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Pendency In The Indian Criminal Process: A Creature Of Crisis Or Flawed Design?

Justice Delayed Is Justice Denied
Generally, people go to court with the hope that they will get justice; but, when justice is delayed, they lose hope, and justice is denied. Former British Prime Minister William Edward Gladstone coined the phrase "Justice Delayed is Justice Denied," which means that if justice is not served at the appropriate time, even if it is served later, it is not real justice, because there was a perversion of justice when the demand for justice was made.

"Tareekh pe tareekh, tareekh pe tareekh, tareekh pe tareekh milti gayi My Lord, par Insaaf nahi mila" This dialogue from Damini reflected the citizen's views on the current legal system's meandering path to justice, which takes years. Our country's judicial system started functioning on January 28, 1950.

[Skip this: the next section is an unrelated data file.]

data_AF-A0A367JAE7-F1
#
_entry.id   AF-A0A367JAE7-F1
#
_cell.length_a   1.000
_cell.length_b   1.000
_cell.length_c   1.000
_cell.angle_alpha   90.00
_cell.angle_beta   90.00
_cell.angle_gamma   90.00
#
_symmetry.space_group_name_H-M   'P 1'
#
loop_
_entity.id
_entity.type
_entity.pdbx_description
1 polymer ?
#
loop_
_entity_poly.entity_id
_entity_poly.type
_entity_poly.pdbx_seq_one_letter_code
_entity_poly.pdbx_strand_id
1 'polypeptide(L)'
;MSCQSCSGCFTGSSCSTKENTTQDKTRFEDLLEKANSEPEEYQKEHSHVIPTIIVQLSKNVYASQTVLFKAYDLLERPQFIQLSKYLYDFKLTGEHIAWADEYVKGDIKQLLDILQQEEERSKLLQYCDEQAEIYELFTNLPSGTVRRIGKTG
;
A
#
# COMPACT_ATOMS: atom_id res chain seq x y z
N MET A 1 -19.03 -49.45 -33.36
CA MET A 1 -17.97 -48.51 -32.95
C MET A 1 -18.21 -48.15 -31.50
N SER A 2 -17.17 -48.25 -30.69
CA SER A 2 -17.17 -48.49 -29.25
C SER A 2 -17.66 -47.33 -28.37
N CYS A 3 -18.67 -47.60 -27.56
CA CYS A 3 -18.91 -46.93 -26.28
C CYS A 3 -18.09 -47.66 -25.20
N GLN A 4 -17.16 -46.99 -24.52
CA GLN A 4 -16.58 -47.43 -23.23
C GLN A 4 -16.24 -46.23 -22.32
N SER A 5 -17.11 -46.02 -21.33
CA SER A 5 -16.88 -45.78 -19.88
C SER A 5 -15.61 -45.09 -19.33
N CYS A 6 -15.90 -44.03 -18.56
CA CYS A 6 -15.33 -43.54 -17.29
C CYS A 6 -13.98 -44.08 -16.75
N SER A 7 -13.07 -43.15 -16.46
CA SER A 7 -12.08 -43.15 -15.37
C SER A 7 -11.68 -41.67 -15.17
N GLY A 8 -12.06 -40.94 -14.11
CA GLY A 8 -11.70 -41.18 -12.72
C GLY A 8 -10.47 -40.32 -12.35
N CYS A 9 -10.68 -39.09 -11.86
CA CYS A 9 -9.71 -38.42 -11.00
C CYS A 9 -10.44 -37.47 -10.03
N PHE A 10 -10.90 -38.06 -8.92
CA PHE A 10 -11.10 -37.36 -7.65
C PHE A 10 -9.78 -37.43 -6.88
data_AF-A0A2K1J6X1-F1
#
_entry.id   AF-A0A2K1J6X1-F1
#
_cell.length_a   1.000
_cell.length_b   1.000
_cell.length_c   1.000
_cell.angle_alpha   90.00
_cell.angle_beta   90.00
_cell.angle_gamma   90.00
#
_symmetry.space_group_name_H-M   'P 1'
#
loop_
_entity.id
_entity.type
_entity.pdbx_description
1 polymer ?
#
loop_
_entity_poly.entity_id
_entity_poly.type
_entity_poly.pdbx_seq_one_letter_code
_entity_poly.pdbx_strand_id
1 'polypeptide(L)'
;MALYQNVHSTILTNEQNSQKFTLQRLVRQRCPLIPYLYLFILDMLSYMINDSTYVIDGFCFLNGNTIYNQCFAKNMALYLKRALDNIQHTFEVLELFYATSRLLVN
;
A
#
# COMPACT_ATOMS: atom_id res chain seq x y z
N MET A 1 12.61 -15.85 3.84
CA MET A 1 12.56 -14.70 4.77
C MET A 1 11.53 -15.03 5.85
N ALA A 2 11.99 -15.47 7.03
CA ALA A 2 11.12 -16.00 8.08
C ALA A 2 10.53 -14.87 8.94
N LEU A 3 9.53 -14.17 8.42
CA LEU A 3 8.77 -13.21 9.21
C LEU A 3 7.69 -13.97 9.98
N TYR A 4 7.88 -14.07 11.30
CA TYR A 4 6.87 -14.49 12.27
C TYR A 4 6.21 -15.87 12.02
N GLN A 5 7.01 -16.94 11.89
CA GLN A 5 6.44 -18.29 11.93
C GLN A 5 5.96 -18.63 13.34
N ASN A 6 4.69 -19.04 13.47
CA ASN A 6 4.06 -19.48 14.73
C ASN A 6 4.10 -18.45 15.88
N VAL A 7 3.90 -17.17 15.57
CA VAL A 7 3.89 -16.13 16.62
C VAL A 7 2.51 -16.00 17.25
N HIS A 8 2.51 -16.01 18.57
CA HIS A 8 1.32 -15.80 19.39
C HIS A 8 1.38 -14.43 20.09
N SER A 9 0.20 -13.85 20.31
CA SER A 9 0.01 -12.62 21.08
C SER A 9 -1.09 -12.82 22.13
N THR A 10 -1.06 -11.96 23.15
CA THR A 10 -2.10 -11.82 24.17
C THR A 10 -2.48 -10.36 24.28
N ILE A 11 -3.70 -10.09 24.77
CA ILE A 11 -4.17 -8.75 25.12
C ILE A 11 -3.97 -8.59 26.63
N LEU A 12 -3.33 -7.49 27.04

Despite the significant achievements in the past 70 years, it is still facing various problems that have been made worse by the various factors that have been affecting it. Some of the primary issues confronting our judicial system are slow delivery of justice, conflicts surrounding the appointment of judges, and inefficient disciplinary measures. After 70 years of our judicial system still there is no change.

Despite the various problems that the judiciary faced, the public still remains faith in its ability to deliver justice. whenever there is any conflict between people they say I will see you in the court which indicate that despite all the problems people have trust that they will get justice in the court. Paucity of funds, judges, courts etc. these concerns not only cause delays in the administration of justice, but they also reduce the chances of citizens having access to justice, which is essential for the enjoyment of human and fundamental rights.

Lord Dinning's once said Law does not stop; it moves continuously. If this being the purpose of law, then the judges and the courts do their best to do justice at the fastest possible time.[1]

Number Of Pendant Cases
Pendency and delay are endemic to courts in India. The data has been taken from National Judicial Data Grid (NJDG), which is not 100% accurate but has the reliable figures.
Date High Court District/Subordinate Court
Dec 2018 49.79 lakh 2.92 crore
Mar 25, 2020 46.43 lakh 3.21 crore
Jun 23, 2020 47.96 lakh 3.29 crore